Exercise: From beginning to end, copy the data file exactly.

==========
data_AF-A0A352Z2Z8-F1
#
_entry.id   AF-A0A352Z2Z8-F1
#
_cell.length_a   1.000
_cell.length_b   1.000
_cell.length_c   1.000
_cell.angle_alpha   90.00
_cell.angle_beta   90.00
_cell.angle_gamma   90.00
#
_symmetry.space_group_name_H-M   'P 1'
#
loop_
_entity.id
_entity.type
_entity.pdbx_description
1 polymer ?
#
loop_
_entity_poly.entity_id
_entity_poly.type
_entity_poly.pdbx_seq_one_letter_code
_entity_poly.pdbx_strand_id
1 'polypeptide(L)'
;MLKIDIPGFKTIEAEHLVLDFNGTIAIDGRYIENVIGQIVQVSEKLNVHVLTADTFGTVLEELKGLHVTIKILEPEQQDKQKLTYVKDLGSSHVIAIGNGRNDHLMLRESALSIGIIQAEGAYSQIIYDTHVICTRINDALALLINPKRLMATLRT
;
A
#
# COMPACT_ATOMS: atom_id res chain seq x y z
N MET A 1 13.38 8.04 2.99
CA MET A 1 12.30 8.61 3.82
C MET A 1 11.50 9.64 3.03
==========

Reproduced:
data_AF-A0A352Z2Z8-F1
#
_entry.id   AF-A0A352Z2Z8-F1
#
_cell.length_a   1.000
_cell.length_b   1.000
_cell.length_c   1.000
_cell.angle_alpha   90.00
_cell.angle_beta   90.00
_cell.angle_gamma   90.00
#
_symmetry.space_group_name_H-M   'P 1'
#
loop_
_entity.id
_entity.type
_entity.pdbx_description
1 polymer ?
#
loop_
_entity_poly.entity_id
_entity_poly.type
_entity_poly.pdbx_seq_one_letter_code
_entity_poly.pdbx_strand_id
1 'polypeptide(L)'
;MLKIDIPGFKTIEAEHLVLDFNGTIAIDGRYIENVIGQIVQVSEKLNVHVLTADTFGTVLEELKGLHVTIKILEPEQQDKQKLTYVKDLGSSHVIAIGNGRNDHLMLRESALSIGIIQAEGAYSQIIYDTHVICTRINDALALLINPKRLMATLRT
;
A
#
# COMPACT_ATOMS: atom_id res chain seq x y z
N MET A 1 13.38 8.04 2.99
CA MET A 1 12.30 8.61 3.82
C MET A 1 11.50 9.64 3.03